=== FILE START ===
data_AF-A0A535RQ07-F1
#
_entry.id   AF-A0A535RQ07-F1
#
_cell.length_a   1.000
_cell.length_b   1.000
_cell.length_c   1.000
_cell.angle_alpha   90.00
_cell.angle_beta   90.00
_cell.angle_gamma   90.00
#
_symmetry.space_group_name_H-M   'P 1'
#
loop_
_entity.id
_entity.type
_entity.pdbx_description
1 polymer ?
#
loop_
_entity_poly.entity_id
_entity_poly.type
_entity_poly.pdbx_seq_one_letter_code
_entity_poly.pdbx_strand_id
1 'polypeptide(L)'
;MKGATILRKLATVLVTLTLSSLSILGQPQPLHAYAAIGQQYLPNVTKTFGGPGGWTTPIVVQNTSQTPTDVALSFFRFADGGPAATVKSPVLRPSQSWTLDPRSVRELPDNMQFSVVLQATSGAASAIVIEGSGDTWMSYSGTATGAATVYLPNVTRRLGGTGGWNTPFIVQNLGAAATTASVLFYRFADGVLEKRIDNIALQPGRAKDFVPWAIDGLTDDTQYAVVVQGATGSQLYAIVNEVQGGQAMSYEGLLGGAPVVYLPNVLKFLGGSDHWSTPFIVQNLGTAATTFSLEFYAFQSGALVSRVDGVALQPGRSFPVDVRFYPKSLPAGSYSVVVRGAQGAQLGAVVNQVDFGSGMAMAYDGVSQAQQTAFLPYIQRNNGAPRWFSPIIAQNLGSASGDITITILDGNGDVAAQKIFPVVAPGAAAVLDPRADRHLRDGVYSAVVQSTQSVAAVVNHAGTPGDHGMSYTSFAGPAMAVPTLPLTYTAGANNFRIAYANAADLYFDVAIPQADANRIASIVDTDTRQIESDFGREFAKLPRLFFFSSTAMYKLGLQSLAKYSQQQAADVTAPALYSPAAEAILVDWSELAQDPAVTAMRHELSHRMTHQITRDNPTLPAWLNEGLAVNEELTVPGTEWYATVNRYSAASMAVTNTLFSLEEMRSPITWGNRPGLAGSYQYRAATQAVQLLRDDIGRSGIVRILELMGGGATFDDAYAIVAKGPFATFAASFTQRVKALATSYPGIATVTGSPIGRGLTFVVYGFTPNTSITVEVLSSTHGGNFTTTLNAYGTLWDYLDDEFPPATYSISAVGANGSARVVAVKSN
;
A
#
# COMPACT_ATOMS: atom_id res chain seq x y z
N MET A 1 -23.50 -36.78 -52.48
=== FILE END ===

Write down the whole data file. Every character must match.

data_AF-A0A535RQ07-F1
#
_entry.id   AF-A0A535RQ07-F1
#
_cell.length_a   1.000
_cell.length_b   1.000
_cell.length_c   1.000
_cell.angle_alpha   90.00
_cell.angle_beta   90.00
_cell.angle_gamma   90.00
#
_symmetry.space_group_name_H-M   'P 1'
#
loop_
_entity.id
_entity.type
_entity.pdbx_description
1 polymer ?
#
loop_
_entity_poly.entity_id
_entity_poly.type
_entity_poly.pdbx_seq_one_letter_code
_entity_poly.pdbx_strand_id
1 'polypeptide(L)'
;MKGATILRKLATVLVTLTLSSLSILGQPQPLHAYAAIGQQYLPNVTKTFGGPGGWTTPIVVQNTSQTPTDVALSFFRFADGGPAATVKSPVLRPSQSWTLDPRSVRELPDNMQFSVVLQATSGAASAIVIEGSGDTWMSYSGTATGAATVYLPNVTRRLGGTGGWNTPFIVQNLGAAATTASVLFYRFADGVLEKRIDNIALQPGRAKDFVPWAIDGLTDDTQYAVVVQGATGSQLYAIVNEVQGGQAMSYEGLLGGAPVVYLPNVLKFLGGSDHWSTPFIVQNLGTAATTFSLEFYAFQSGALVSRVDGVALQPGRSFPVDVRFYPKSLPAGSYSVVVRGAQGAQLGAVVNQVDFGSGMAMAYDGVSQAQQTAFLPYIQRNNGAPRWFSPIIAQNLGSASGDITITILDGNGDVAAQKIFPVVAPGAAAVLDPRADRHLRDGVYSAVVQSTQSVAAVVNHAGTPGDHGMSYTSFAGPAMAVPTLPLTYTAGANNFRIAYANAADLYFDVAIPQADANRIASIVDTDTRQIESDFGREFAKLPRLFFFSSTAMYKLGLQSLAKYSQQQAADVTAPALYSPAAEAILVDWSELAQDPAVTAMRHELSHRMTHQITRDNPTLPAWLNEGLAVNEELTVPGTEWYATVNRYSAASMAVTNTLFSLEEMRSPITWGNRPGLAGSYQYRAATQAVQLLRDDIGRSGIVRILELMGGGATFDDAYAIVAKGPFATFAASFTQRVKALATSYPGIATVTGSPIGRGLTFVVYGFTPNTSITVEVLSSTHGGNFTTTLNAYGTLWDYLDDEFPPATYSISAVGANGSARVVAVKSN
;
A
#
# COMPACT_ATOMS: atom_id res chain seq x y z
N MET A 1 -23.50 -36.78 -52.48